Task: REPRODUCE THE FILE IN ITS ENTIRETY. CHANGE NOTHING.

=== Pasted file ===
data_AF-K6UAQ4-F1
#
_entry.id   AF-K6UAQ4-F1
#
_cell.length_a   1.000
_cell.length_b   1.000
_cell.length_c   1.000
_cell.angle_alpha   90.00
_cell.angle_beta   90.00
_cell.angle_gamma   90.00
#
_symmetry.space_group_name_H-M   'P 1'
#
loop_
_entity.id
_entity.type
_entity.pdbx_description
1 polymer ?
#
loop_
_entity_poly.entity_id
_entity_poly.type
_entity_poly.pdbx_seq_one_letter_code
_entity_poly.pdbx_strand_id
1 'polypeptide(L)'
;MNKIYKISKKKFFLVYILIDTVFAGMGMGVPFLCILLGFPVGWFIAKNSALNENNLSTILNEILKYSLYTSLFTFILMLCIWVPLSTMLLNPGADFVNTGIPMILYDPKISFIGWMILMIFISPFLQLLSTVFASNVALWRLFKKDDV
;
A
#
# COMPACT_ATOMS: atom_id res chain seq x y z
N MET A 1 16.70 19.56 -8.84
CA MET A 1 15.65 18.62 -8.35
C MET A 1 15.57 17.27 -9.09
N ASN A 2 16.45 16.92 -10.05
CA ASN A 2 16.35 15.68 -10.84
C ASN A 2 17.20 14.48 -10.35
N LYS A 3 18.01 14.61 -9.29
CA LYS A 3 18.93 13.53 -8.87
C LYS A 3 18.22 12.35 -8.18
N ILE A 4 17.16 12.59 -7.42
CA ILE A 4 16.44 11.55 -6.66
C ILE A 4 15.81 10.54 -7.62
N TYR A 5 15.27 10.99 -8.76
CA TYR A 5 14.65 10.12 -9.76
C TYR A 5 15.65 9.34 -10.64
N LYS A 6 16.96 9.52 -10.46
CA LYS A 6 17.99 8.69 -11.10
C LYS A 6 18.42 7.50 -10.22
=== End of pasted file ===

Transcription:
data_AF-K6UAQ4-F1
#
_entry.id   AF-K6UAQ4-F1
#
_cell.length_a   1.000
_cell.length_b   1.000
_cell.length_c   1.000
_cell.angle_alpha   90.00
_cell.angle_beta   90.00
_cell.angle_gamma   90.00
#
_symmetry.space_group_name_H-M   'P 1'
#
loop_
_entity.id
_entity.type
_entity.pdbx_description
1 polymer ?
#
loop_
_entity_poly.entity_id
_entity_poly.type
_entity_poly.pdbx_seq_one_letter_code
_entity_poly.pdbx_strand_id
1 'polypeptide(L)'
;MNKIYKISKKKFFLVYILIDTVFAGMGMGVPFLCILLGFPVGWFIAKNSALNENNLSTILNEILKYSLYTSLFTFILMLCIWVPLSTMLLNPGADFVNTGIPMILYDPKISFIGWMILMIFISPFLQLLSTVFASNVALWRLFKKDDV
;
A
#
# COMPACT_ATOMS: atom_id res chain seq x y z
N MET A 1 16.70 19.56 -8.84
CA MET A 1 15.65 18.62 -8.35
C MET A 1 15.57 17.27 -9.09
N ASN A 2 16.45 16.92 -10.05
CA ASN A 2 16.35 15.68 -10.84
C ASN A 2 17.20 14.48 -10.35
N LYS A 3 18.01 14.61 -9.29
CA LYS A 3 18.93 13.53 -8.87
C LYS A 3 18.22 12.35 -8.18
N ILE A 4 17.16 12.59 -7.42
CA ILE A 4 16.44 11.55 -6.66
C ILE A 4 15.81 10.54 -7.62
N TYR A 5 15.27 10.99 -8.76
CA TYR A 5 14.65 10.12 -9.76
C TYR A 5 15.65 9.34 -10.64
N LYS A 6 16.96 9.52 -10.46
CA LYS A 6 17.99 8.69 -11.10
C LYS A 6 18.42 7.50 -10.22